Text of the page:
Friday, February 3, 2012

The long bloody march of the young poets of Mexico

And then Laura asked me, pretending as if she didn’t know, how the young poets of Mexico were faring, whether my daughter had brought me news of their long, bloody march.  And I told her they were fine.  I lied, saying:  they’re fine, almost everyone is publishing…  (II.17)

The speaker is a madman, the context is a dream, but here we have an accurate description of The Savage Detectives.  Roberto Bolaño’s novel is about the vocation of the poet.  Who is a poet, and how can you tell?  To a clear-minded fellow like me, the answer is obvious – a poet writes poetry.   Bolaño is more sympathetic to other ideas, a classic Romantic.  Perhaps poetry is a way of life.  A poet is a person who lives like a poet.

The multiple examples and twenty-year scope of the novel allow Bolaño to see what some of those lives look like.  Publish a single word and vanish, but keep writing.  Writing what, only García Madero knows.  Write feverishly, but publish nothing.  Write as inspiration strikes, publish as opportunity allows.  Work to become a professional writer.  Hustle, or retreat.  Bolaño gives us a little bit of everything.

Much of the argument, the possible arguments, are not about writing but publishing, which is central for the professional writer but more questionable for the vocational writer.  Chapter 23 is composed, mostly, of a series of interviews with professional writers at the 1994 Madrid Book Fair.  Bitterness, envy, crackpot ideas, social striving, greed – what fun a book fair must be.  Spanish writers “act like businessmen or gangsters.”  Writers must “resemble a newspaper columnist,” or a dwarf.  This last writer, at least, is audibly insane.  Another describes his career as a combination of discipline and “charm,” “telling [influential writers] exactly what they want to hear.”  A poet, another crazy one, “smile[s] to keep from howling” and “sing[s] so I won’t pray or curse.”

In summary:  professional writers are twisted madmen.  This chapter was the comic high point of the novel.  Everything that begins as comedy ends as comedy.  Perhaps it is worth noting that in 1994, Roberto Bolaño, his first* novel published the previous year, was one of those professional writers.  Was he also sitting in one of those booths at the Book Expo?  Too bad he was not interviewed.

And I say (or if I’m drunk, I shout): no, I’m not anybody’s mother, but I do know them all, all the young poets of Mexico City, those who were born here and those who came from the provinces, and those who were swept here on the current from other places in Latin America, and I love them all. (II.4)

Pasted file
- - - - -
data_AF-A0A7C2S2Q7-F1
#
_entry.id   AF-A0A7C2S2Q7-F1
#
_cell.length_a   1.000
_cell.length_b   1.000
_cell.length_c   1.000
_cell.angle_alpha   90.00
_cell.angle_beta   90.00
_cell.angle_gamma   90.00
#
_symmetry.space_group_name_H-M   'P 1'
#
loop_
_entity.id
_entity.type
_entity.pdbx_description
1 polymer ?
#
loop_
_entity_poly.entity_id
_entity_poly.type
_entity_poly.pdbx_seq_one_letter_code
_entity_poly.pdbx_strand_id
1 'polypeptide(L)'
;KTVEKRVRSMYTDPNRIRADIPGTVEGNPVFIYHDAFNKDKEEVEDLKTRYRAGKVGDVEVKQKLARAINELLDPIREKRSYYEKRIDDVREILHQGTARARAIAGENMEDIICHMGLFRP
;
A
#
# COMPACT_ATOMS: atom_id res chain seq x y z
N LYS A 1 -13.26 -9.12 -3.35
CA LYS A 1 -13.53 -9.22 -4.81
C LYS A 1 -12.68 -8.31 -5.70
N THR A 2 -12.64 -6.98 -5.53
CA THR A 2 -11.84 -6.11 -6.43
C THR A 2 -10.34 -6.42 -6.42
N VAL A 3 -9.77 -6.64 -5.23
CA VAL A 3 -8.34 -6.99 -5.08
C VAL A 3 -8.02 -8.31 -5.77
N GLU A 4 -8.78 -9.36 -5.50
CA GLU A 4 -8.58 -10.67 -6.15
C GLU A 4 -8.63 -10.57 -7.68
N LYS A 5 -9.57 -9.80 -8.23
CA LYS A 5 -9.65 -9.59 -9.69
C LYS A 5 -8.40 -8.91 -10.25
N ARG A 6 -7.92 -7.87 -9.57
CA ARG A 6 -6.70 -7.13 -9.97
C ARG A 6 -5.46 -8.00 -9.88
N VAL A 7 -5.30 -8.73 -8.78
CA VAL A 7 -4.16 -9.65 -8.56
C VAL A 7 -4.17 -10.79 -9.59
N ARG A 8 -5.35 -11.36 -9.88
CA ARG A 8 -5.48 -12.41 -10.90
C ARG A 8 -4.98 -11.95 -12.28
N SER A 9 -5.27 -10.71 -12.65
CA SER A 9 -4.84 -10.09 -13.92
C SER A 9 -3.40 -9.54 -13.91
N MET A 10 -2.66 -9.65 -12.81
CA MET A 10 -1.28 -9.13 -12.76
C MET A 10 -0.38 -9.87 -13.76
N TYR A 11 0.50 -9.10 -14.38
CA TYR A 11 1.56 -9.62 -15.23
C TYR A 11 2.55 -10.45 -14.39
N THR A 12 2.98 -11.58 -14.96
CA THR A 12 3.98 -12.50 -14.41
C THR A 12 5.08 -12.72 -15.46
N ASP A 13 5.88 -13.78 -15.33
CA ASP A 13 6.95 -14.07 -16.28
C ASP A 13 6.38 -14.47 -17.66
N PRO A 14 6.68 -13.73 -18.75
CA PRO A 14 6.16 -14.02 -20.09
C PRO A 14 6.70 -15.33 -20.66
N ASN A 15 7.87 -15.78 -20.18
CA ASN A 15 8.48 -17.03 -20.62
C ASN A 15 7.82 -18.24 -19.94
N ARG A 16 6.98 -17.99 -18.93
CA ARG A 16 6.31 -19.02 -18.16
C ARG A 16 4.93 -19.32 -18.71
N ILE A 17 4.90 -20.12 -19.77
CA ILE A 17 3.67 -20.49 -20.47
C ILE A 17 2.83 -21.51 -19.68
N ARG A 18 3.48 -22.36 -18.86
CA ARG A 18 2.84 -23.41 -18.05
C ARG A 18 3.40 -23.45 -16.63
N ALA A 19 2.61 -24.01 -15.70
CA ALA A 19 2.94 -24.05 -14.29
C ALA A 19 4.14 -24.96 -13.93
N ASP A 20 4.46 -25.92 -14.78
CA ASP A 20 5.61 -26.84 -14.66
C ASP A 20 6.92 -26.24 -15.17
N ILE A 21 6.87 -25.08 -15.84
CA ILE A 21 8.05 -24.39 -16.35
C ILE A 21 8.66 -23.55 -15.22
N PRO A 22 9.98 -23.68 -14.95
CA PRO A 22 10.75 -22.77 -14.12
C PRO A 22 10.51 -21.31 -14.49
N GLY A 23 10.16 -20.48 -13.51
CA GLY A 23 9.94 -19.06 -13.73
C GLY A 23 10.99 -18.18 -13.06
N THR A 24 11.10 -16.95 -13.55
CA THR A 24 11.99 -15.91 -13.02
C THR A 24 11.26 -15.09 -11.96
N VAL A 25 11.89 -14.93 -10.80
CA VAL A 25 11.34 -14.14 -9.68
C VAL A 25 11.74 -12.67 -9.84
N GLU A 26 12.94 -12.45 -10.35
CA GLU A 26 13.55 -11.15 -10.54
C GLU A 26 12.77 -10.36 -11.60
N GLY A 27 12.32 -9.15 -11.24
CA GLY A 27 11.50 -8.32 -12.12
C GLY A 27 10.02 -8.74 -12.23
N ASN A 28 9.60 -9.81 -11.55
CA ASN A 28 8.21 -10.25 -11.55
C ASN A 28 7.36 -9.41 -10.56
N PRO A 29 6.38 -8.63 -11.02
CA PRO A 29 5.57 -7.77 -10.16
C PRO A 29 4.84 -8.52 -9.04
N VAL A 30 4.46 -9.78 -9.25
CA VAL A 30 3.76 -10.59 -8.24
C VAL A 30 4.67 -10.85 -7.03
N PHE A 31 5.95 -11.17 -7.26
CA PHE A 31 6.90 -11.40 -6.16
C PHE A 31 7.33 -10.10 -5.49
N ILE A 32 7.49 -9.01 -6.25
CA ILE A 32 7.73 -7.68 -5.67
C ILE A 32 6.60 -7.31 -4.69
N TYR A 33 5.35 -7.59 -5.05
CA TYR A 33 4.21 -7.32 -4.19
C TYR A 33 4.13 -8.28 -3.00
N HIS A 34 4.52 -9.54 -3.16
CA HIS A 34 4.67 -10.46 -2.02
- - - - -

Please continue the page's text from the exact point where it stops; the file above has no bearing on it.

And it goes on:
Part of the novel’s story of Arturo Belano parallels the author’s own long, difficult discovery that despite his deep love for conceptual poetry, he was not himself a conceptual poet.  I have no idea what the fictional Belano wrote about, but the real Bolaño slowly shaped himself into a novelist whose subject was poetry.  The Savage Detectives is Bolaño’s ironic and chastening love letter to the young poets.

*  First novel, and book, I think, of his own, fifteen years after all of the infrarealist fun captured in The Savage Detectives.  What do you think goes on in the 1984 Advice of a Morrison Disciple to a Joyce Fanatic, co-written with A. G. Porta?


  1. Man, that Laura up there is the exact opposite of my Laura, isn't she?

    The Savage Detectives is Bolaño’s ironic and chastening love letter to the young poets.

    I think this may be the best possible single-sentence summary of this book.

  2. Searching for clues to the mystery of Laura Damián is high on my reread to-do list.

    It had not occurred to me that one might want to to contrast the two Lauras. Likely productive.

  3. Didn't occur to me either, but how's this:

    Both the "mother of visceral realism": Laura J., because she says Belano made it for her, and Laura D. via the prize.

    Meanwhile, Laura J.'s claim to the title of motherhood delegitimizes the whole movement: if it's because of her, it's fake.

    Whereas Laura D.'s whole basis for being considered the mother is that she has a prize, i.e., something that specifically legitimizes its winners.

  4. Now that is a good start on the problem.

    The first story in Last Evenings on Earth has some funny stuff about B.'s later experience with prizes. I believe he is skeptical about their value.